The Troubadour is the soul and memory of the land. It is their duty and privilege to pass onto Namegivers their shared culture and heritage, to teach them of better times and give hope, to spread the legend of heroes both past and present, but above all to inspire them. It is only through that inspiration that the next generation of heroes can rise up and continue where the previous generation left off.
These adepts are performers and historians, travelers and sages. They must learn of the stories and wonders of our world, then pass them on to the Namegivers of the land. Through this, their own legend will be built. Given that they are not particularly versed in combat, it only makes sense that they would be surrounded by many other dangerous and talented individuals. This also has the side benefit of providing a a fantastic way to generate new stories to tell as they travel across Barsaive. Though tempting to cast their self as the hero, it is always best to downplay their own actions in favor of their companions. This maintains the integrity of the legend, as this Discipline is dedicated to truth and it always has a way of getting out there.
When making a Troubadour, there are a few things to consider and elements that can create more a more vibrant experience for everyone. Creating their mentor and detailing how that character shaped the Initiate is important to most Disciplines, but the Troubadour can have some inherent prejudices and rivalries, similar to a Swordmaster, that may make this relationship more important. Perhaps there are rivals out there seeking to discredit your mentor and their students.
Deciding on your favorite instruments and performance styles - maybe you are traditional and have a lute or harp and sing, maybe you play a drum or other percussion instrument and engage in rhythmic poetry, is there a form that you do not like? What are your favorite stories, songs, epic poems, etc? Detailing these elements, perhaps even writing some excerpts can create some depth to the world. Working with the GM could even incorporate some of these into the ongoing story. It is also appropriate for the Troubadour to record the Adventure Log every session, while this may seem like an onerous task, it shows your investment.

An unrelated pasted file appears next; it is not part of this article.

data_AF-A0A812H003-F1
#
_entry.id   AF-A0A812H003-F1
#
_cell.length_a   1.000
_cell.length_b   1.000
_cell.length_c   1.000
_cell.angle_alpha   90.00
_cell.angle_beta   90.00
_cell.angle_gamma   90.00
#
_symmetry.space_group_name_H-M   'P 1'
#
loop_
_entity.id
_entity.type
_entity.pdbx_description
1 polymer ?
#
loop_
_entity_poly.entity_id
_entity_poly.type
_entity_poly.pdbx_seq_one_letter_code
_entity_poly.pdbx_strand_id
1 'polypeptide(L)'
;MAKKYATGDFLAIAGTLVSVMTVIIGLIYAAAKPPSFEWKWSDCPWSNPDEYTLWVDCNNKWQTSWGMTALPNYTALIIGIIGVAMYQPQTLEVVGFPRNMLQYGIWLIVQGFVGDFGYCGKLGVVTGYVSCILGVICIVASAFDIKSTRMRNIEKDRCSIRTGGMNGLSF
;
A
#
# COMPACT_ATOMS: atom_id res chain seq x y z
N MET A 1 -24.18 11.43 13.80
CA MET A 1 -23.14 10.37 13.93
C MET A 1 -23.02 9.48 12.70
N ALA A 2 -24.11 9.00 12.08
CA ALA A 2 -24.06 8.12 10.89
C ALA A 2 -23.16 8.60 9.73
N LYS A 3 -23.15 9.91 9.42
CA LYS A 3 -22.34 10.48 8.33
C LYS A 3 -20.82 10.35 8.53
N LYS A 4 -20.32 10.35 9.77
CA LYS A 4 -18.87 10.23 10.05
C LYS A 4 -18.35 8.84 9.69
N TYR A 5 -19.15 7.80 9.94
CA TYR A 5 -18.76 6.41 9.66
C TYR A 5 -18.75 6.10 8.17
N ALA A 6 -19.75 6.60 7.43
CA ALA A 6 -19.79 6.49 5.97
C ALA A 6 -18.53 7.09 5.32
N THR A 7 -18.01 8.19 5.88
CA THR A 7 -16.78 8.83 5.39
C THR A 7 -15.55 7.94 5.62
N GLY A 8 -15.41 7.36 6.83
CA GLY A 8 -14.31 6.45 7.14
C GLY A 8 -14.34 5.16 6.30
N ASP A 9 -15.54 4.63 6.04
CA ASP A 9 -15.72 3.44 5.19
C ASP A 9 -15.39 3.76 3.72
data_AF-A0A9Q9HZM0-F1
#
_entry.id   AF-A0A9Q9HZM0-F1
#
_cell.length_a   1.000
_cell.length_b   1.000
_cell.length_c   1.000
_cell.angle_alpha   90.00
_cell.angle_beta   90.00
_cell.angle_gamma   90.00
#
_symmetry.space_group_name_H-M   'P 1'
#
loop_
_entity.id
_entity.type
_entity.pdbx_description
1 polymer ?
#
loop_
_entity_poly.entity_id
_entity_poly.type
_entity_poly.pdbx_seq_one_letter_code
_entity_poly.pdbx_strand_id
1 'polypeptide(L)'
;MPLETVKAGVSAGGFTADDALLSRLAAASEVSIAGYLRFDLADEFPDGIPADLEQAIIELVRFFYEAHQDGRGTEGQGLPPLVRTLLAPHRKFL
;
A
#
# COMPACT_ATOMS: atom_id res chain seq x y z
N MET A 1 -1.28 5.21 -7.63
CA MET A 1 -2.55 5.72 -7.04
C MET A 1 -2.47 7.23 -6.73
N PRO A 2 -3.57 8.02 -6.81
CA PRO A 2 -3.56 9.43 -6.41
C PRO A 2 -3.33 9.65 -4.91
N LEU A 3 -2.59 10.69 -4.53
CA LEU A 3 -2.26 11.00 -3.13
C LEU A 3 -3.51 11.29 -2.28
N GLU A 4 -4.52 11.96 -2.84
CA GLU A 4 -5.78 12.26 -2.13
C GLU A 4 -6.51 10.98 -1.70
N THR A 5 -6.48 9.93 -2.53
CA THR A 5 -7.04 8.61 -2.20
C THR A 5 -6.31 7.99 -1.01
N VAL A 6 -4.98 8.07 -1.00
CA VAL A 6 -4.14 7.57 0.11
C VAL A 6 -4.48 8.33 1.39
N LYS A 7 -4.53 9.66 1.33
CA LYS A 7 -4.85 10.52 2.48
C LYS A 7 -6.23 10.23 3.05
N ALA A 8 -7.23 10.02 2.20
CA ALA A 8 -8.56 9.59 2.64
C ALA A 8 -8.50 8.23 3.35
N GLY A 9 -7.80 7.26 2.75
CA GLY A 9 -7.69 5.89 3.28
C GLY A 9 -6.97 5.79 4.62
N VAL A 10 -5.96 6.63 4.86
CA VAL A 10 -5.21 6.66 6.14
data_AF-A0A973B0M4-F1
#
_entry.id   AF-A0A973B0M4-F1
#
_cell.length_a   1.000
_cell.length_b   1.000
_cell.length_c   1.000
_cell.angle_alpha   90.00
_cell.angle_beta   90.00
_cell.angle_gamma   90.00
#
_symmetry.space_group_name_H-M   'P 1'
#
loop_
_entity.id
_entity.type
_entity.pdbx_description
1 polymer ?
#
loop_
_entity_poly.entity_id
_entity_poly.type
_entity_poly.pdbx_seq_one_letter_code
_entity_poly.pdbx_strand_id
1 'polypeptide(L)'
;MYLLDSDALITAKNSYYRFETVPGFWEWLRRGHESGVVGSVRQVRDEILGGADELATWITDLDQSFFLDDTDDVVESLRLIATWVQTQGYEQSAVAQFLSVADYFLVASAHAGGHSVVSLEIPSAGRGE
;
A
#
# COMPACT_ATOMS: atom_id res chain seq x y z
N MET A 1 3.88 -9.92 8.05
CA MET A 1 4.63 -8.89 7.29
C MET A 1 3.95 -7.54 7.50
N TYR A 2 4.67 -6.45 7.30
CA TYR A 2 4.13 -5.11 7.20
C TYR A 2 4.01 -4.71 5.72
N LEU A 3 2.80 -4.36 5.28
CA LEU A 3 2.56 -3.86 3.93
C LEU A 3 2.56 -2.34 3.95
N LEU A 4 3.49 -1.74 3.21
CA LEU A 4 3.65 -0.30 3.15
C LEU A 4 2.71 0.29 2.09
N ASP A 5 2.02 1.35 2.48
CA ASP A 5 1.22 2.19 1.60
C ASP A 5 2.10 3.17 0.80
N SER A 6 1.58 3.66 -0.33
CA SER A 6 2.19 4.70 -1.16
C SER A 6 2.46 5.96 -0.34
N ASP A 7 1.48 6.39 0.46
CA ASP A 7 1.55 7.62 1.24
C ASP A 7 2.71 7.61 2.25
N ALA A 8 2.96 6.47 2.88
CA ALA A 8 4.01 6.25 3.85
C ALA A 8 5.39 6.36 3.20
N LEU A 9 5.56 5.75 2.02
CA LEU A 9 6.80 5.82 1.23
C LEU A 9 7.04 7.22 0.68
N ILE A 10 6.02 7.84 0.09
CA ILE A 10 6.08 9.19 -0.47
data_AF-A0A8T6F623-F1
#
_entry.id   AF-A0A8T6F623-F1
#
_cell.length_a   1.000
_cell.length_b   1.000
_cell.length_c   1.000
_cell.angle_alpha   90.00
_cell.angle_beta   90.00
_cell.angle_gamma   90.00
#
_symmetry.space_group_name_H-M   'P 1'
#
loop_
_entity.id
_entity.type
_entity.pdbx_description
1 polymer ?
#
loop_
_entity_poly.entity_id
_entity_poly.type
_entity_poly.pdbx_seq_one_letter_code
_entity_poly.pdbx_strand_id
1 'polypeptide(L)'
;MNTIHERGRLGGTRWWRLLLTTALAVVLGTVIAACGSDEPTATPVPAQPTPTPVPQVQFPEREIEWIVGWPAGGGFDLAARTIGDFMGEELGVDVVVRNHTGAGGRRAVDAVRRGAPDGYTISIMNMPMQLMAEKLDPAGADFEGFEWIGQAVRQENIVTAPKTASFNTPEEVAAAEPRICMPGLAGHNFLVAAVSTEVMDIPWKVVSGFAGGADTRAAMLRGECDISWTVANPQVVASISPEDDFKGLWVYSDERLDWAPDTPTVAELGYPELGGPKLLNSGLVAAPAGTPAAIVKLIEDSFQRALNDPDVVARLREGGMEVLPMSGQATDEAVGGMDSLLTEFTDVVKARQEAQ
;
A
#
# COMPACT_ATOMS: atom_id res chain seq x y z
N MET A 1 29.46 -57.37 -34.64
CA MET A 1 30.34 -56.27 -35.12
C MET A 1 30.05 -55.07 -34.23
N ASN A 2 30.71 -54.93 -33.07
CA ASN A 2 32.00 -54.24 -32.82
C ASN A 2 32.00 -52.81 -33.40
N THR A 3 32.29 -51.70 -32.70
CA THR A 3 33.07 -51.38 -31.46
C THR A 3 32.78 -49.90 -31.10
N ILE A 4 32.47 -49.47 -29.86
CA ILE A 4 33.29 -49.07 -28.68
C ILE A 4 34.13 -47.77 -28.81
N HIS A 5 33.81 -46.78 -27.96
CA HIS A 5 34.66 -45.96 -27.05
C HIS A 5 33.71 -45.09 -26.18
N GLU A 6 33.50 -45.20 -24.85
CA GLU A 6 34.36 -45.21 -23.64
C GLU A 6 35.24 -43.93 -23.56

These are best employed not as a stick, but as a chance for the player to take a deeper look at what it means to follow their Discipline. The most important duty for any Troubadour is to share the knowledge they gain. You may see them as the original proponents of the slogan "information wants to be free". Violating that is a serious issue for these adepts. Along those lines, destroying, fabricating, altering knowledge is to the detriment of everyone. They are dedicated to the truth, and while they may fight a war of public image with rivals, it can be an issue if things go too far.
Their desire to learn new things (to them) could put them at odds with others in their Group. These priorities will often align with, or at least not necessarily detract from, the general goals of the companions. Sometimes, however, this compulsion may cause problems. When time is precious, when there are conflicting interests, or when those pursuits cause problems all on their own. Even their own prejudices as practitioners of their craft can cause issues as their rivalries catch up with them, or those who feel slighted by their "version" of events.
There are three different Troubadour specialists available: Mapmaker, Romancer and Sage.
The Mapmaker has Navigation instead of Mimic Voice is a First Circle Discipline Talent. Read/Write Language is also a First Circle Discipline Talent and Impress becomes an Initiate Talent Option. As well, Research is a Second Circle Discipline Talent and Disguise Self a Journeyman Talent Option. They also lose the ability to perform for audiences with Half-Magic, but may instead use Half-Magic for Mapmaking Tests. This specialist changes many of the trappings of the Troubadour, seeming like an entirely different Discipline, but the core themes are still the same; they are still adepts that value knowledge and the spreading of that knowledge. They just favor the former over the later; their primary interest isn't just in knowing useful information, but in finding it. For campaigns that will have a great deal of exploration and not much in the way of urban adventuring, this can be an attractive alternative, particularly if there isn't an adept with those Talents in the Group (such as a Scout).